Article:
Reviewed by Amy Howden-Chapman

Talking to this catalogue would be like talking to a small crowd. I would question Michael Govan and James S. Snyder as they gave their joint director’s foreword. I would small talk to Eva Diaz, while Eva talks about Sharon Lockhart’s Historical Choreography; or, the War of Remembrance That is History.  I would converse with Talia Amar, who is talking about Summer Wind in the Thistles.  I would confer with the students and long time collaborators of Noa Eshkol,  Racheli Nul-Kahana, Shmulik Zaidel, Ruti Sela, Mooky Dagan and Mor Bashan –  talking to them is fascinating, though emotional. I would jaw with Stephanie Barron and Britt Salvesen as they talk about Drawing in Space. Perhaps parley with Michal Shoshani about Foundations and Unique Aspects of Eshkol-Wachman Movement Notation. And I might finally end up talking to, Sabine Eckman and Sharon Lockhart. Actually I am talking less to Sabine Eckmann and Sharon Lockhart, I am more just listening in as they have their own conversation about collaboration.

No—it’s more On Collaboration.

All this talking is only to say that there is much to say about the exhibition SHARON LOCKHART/ NOA ESHKOL. All these voices have something to add, each filling a missing gap; that of Noa Eshkol (1924-2007).  When Eshkol’s voice does appear, it is in remembered phrases, anecdotes, quoted documents, but most of all in dance pieces performed for Lockhart’s camera.

The exhibition and its catalogue, are in large part Lockhart’s exploration of how Eshkol’s voice and legacy should be framed. Lockhart rightfully concludes that Eshkol’s work is relevant to a much wider international and contemporary audience than has previously had access to it.

There are stark but predictable losses in absorbing the exhibition in book form.  By its nature the catalogue re-flattens those very dances Lockhart went to such pains to make move again. Also lost are sound, the ability to move through the voluminous forms on which Lockhart’s films were projected and the ability to absorb the precise craft and tactility of the Wall Carpets.


Yet this is made up for at least in part by the contextualisation of Eshkol’s work that the catalogue provides, including talk about the particular historical moment from which Eshkol’s work emerged and the sense we gain of her as a forceful teacher, leader, and practitioner.  The catalogue also documents the process by which Lockhart chooses to present Eshkol’s creative legacy, ultimately in a manner to which she would have objected and yet with elements of a genuine collaboration between the two artists.

The most striking re-interoperation of Eshkol’s creative legacy is Lockhart’s presentation of the Wall Carpets positioned in space beside Eshkol’s former students and collaborators as they perform her choreographed pieces.  The two components of her creative output in juxtaposition is provocative. Michal Shoshani talking about what “Noa believed,” quoting her as saying “that if you work correctly, the body has an ability for self expression, and is in no need of support.”  The supports she deemed unnecessary included props, music and costume; she was against theatricality of any kind. Lockhart has included not only props, but those constructed by Eshkol herself.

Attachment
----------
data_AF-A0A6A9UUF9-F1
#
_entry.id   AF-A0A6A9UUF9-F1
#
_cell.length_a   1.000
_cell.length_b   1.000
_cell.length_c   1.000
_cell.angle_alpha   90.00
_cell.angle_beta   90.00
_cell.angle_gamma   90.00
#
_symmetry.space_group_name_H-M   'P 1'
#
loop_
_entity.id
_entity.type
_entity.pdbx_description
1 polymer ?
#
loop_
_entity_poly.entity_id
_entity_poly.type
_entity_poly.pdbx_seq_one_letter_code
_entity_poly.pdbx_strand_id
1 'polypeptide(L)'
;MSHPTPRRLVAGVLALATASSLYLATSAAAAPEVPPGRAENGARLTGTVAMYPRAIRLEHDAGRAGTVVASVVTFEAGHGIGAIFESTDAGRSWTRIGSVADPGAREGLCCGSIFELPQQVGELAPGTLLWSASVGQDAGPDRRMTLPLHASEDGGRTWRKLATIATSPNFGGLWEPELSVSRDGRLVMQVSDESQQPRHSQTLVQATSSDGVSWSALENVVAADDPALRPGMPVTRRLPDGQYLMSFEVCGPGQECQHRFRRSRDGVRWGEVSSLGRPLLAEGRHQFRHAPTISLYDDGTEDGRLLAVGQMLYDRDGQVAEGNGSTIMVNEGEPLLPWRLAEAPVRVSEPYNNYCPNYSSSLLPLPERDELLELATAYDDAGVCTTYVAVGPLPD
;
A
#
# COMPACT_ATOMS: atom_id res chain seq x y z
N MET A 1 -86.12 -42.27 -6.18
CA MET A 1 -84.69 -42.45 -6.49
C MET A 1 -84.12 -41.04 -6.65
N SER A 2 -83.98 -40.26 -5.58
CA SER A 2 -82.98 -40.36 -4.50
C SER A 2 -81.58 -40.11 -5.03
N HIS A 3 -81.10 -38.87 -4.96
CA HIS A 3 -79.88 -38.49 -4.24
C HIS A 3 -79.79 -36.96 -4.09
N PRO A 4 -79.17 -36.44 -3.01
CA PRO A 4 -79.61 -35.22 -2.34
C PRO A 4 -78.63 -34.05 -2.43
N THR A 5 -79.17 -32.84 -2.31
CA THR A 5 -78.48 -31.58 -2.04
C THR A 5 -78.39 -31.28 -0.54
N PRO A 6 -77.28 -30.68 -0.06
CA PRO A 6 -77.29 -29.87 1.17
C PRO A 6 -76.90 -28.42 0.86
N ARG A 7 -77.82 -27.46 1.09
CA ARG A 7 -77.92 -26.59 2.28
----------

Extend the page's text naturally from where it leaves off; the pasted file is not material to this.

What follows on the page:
Yet the provocative move of Lockhart’s is successful in part due to the manner in which the ‘discipline’ of Eshkol’s choreographic style is presented within the similarly disciplined mise en scene of Lockhart’s ‘cinematic photograph.’  Cinematic photograph is how Diaz describes frozen moments of Lockhart’s films – the frames that are captured in the book. These frames have a tone of austerity about them. They are so crisp and ordered that the inclusion of the frenetic, highly patterned Wall Carpets provides an internal counterbalance; complexity presented alongside simplicity. Ruti Sela talks of the strange position the carpet inhabits in Eshkol’s creative output– she says that  “Noa never referred to the carpets as art.  She hated the word “art.”  Nevertheless, if someone said that the carpets weren’t arty, she would become furious.

“I dared to have the nerve to create a language.”  Eshkol states with pride.  It was a language that as Mooky Dagan explains she invented to “express the phenomenon of movement.”  In Lockhart’s films we see also the beauty of the movements that illustrate the notation system, while the catalogue documents the many other possible applications for the system beyond dance.

Many of the values and organisational modes which percolate through Eshkol’s work can be traced to the influence of the kibbutz with its melding of utopian, Zionist and Socialist beliefs. Eshkol’s parents participated in the founding of Degania Bet, the kibbutz on which she was born, with Eshkol’s father Levi Eshkol going on to become Israel’s third prime minister. Eshkol’s legacy can also be seen as contributing to a set of distinctive Israeli cultural practices that were developed in the country’s formative decades.


Lockhart says “everyone told me that this collaboration could never have taken place if Eshkol were alive.  Aside from the fact that she was incredibly uncompromising, she may not have understood my reframing of her work.” But in all this talk about the struggle between personalities, the struggle to create new forms of dance, the question of how to create dance for a new country; in the challenge of notating movement and describing form, and collaborating over decades, Noa Eshkol emerges as a formidable character of vision, with a consuming commitment to her artistic mission, and the community built around it.


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Ed. Stephanie Barron and Britt Salvesen, Sharon Lockhart / Noa Eshkol, (Prestel, 2012) 
Images: Cover and interior images from Sharon Lockhart / Noa Eshkol and corresponding exhibition at LACMA.